Oral Statement on Access to Justice: 13 September

Mr Deputy Speaker,

The devolution of justice powers offers Northern Ireland many benefits and opportunities. Among these are the opportunities to identify local solutions to local needs, to look afresh and adopt different approaches that will serve our community better. Ultimately, it gives us the opportunity to reshape our justice system to fit the needs of Northern Ireland.

With that in mind, and as Members of this Assembly will know, I indicated on 7 June my intention to commission a fundamental review to help develop our thinking on how best to ensure access to justice for the least well off in our society. At that time I undertook to set out my plans for that review to the Assembly, and this statement is intended to fulfil that commitment.

I want to build a system of justice in Northern Ireland that will meet the needs of everyone. In criminal cases we need, and deserve, a system that works for all – victims, witnesses and defendants, and which gives everyone confidence that the system works. I welcome the announcement by the Lord Chief Justice last week that he wants to hear what people think about sentencing for certain types of crimes, and I support his initiative. We also need and deserve a civil justice system that provides an effective and accessible way of resolving many different kinds of legal disputes - and of course both criminal and civil cases need to proceed without delay.

Members will be aware that work is already underway to address the urgent need to align legal aid expenditure with the available budget, and in the coming weeks I intend to commence public consultation on proposals to achieve that. I am grateful to both the Bar Council and the Law Society for the degree of engagement that they have entered into on that issue, engagement which has helped us to develop proposals that are “home grown” and provide a best fit for Northern Ireland. I hope that that consultation exercise will provide an opportunity to achieve the best possible degree of agreement on how to secure the reduction in expenditure that is required. I also welcome the Bar Council’s initiative to encourage its members to undertake cases under the existing arrangements, thereby avoiding any disruption in the Courts.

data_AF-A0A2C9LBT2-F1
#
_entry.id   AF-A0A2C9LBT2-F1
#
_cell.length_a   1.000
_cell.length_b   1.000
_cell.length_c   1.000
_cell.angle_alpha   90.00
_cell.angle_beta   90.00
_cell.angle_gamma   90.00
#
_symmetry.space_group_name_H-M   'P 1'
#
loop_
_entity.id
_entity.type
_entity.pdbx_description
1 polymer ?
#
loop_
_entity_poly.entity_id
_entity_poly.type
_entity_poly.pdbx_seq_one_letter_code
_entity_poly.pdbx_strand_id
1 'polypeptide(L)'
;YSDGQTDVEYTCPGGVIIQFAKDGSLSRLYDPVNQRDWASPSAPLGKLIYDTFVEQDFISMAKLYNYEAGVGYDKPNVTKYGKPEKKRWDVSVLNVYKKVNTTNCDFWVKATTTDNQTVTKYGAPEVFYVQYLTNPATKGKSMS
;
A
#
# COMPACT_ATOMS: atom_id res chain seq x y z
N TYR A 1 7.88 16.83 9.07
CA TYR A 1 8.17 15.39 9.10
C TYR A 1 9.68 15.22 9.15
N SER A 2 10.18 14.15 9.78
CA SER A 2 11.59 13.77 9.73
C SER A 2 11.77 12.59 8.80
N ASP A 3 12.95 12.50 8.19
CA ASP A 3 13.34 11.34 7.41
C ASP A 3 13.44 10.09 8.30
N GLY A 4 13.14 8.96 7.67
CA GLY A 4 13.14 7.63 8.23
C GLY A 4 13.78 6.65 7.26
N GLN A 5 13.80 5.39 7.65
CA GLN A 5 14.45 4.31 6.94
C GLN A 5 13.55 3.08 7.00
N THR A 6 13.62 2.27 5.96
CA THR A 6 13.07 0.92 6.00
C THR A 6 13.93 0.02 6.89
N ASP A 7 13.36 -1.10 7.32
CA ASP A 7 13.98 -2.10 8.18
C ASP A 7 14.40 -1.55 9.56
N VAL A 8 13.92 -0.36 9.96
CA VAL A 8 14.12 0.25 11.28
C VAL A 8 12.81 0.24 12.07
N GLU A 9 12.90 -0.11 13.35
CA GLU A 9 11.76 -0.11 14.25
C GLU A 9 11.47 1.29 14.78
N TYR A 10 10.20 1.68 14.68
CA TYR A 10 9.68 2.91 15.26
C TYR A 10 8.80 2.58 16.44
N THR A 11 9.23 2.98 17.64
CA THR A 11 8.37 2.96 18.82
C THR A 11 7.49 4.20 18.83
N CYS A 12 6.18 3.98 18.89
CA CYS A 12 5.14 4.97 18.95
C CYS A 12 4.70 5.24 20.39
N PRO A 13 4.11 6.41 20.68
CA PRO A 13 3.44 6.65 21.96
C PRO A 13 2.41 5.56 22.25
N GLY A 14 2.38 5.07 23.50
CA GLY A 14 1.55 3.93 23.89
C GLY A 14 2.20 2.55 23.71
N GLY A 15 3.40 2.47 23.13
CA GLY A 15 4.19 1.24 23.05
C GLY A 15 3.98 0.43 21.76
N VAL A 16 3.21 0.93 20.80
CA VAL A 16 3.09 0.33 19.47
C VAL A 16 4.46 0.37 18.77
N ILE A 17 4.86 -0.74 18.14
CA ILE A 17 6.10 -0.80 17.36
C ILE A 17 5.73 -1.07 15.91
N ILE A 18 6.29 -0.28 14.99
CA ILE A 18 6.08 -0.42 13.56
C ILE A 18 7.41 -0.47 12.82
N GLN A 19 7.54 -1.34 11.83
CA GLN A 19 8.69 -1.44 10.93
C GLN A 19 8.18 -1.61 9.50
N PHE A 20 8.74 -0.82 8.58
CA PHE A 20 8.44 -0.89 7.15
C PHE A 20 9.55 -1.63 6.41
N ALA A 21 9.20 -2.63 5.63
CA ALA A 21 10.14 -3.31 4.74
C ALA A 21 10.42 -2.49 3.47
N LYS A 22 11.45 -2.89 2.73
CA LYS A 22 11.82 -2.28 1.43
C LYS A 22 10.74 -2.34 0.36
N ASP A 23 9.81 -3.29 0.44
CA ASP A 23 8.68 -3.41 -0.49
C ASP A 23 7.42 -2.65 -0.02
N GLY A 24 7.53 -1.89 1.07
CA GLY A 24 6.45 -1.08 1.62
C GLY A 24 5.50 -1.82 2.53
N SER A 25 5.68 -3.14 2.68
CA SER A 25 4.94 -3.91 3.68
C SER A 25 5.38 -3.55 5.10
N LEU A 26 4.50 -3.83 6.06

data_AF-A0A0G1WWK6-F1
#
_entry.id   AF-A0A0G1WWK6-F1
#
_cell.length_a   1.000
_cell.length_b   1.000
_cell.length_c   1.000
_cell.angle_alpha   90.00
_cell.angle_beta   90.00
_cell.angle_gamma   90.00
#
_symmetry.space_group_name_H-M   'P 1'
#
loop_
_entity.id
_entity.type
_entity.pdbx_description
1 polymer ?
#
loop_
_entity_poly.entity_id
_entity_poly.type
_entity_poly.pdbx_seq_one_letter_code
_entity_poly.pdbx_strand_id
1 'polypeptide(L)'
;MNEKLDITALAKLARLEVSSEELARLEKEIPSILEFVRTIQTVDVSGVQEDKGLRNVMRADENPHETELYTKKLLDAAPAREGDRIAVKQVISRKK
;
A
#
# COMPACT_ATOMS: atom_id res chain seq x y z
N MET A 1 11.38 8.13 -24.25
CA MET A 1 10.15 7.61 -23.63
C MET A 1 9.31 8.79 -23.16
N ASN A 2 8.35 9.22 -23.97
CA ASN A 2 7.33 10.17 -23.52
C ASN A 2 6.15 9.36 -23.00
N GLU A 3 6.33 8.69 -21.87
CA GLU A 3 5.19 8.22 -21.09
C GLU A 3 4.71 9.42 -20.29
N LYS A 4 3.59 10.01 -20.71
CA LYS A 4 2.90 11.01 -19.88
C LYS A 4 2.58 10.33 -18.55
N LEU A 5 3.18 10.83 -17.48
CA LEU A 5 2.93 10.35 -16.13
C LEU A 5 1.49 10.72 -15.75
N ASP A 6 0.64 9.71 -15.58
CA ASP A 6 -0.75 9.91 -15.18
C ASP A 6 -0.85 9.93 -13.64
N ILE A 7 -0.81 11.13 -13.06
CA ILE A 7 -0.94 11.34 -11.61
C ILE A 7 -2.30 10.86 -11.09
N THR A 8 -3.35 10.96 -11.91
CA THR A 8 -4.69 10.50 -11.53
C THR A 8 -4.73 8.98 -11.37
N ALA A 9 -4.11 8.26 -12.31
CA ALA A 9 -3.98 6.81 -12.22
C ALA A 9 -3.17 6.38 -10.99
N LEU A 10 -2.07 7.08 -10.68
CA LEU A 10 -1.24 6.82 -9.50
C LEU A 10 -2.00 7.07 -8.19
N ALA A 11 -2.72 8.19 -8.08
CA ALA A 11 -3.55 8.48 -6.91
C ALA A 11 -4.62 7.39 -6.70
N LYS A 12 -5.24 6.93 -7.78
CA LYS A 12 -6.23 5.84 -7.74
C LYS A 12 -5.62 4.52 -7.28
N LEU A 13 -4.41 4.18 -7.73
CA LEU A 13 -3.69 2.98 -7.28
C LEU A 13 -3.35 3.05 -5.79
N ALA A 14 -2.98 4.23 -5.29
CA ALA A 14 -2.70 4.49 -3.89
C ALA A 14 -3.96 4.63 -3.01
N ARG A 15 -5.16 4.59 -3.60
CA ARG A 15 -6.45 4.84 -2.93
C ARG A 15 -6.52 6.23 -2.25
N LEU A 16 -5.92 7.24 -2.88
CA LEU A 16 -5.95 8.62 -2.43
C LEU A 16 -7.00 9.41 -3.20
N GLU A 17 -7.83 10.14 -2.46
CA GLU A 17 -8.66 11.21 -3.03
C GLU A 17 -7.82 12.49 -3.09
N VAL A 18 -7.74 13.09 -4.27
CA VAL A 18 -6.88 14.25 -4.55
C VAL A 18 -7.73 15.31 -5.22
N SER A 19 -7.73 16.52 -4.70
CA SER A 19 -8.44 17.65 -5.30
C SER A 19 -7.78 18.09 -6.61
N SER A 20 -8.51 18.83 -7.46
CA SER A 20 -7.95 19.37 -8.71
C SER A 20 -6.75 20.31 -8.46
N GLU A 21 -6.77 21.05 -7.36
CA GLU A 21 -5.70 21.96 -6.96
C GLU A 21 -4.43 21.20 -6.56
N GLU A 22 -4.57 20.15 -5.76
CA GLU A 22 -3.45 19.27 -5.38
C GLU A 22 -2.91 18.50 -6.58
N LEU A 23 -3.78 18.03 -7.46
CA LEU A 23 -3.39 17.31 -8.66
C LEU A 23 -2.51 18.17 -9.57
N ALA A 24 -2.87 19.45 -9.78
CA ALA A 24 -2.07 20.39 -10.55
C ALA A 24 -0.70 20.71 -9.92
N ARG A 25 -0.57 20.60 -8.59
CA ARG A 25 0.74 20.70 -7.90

But the review that I am announcing today is more fundamental than an exercise in cost control. Rather, it is an exercise to examine how we can best help people secure access to justice.

Fair and effective access to justice is an essential element of getting justice right, critical to building confidence and an important part of our vision for a future justice system. Our present system is built around providing financial assistance to those who could not otherwise find the money to pay for legal representation. But there may be other approaches, and there may be better ways of using the funds available.

Deputy Speaker, the Terms of Reference that I have set for the Review are as follows:
To review legal aid provision in Northern Ireland and to develop proposals to improve access to justice which will:

I am pleased to inform the Assembly that the review will commence today, and that it will be carried out by Mr Jim Daniell, who is standing down from the position of Chairman of the Legal Services Commission to lead the review. As members of the Assembly will be aware, Mr Daniell previously chaired the Review of Criminal Justice in Northern Ireland which flowed from the Good Friday Agreement. That, and his more recent experience of chairing the Northern Ireland Legal Services Commission, makes him the ideal person to carry out this review. While I have set the terms of reference for the review, his review will be independent.

I have asked for a preliminary report by the end of February 2011, with a final report by the end of May 2011.

I particularly want the review to consider new ideas; new ways of doing things, thinking that is radical and innovative. I want to look at how we help people solve problems and disputes without necessarily bringing those disputes into the courts, and how we can support people through the justice process. While we must ensure that access to legal representation will always be available to those who need it, I believe that we should try to find ways of avoiding the costly, adversarial and often stressful experience of a court hearing, in favour of alternative methods of resolving disputes.

I want the review to consider ideas and proposals – and constructive criticism – from as many people, groups and organisations as possible. I know that the voluntary sector will have an important contribution to make to this review, as will the legal profession and the statutory agencies involved in the justice system. But I want everyone to have their say, because everyone should have a voice in how the justice system works.

Deputy Speaker, the Review of Access to Justice will play an important part in developing our vision for justice in Northern Ireland, and in securing justice for all. I look forward to bringing its conclusions to the Assembly in due course.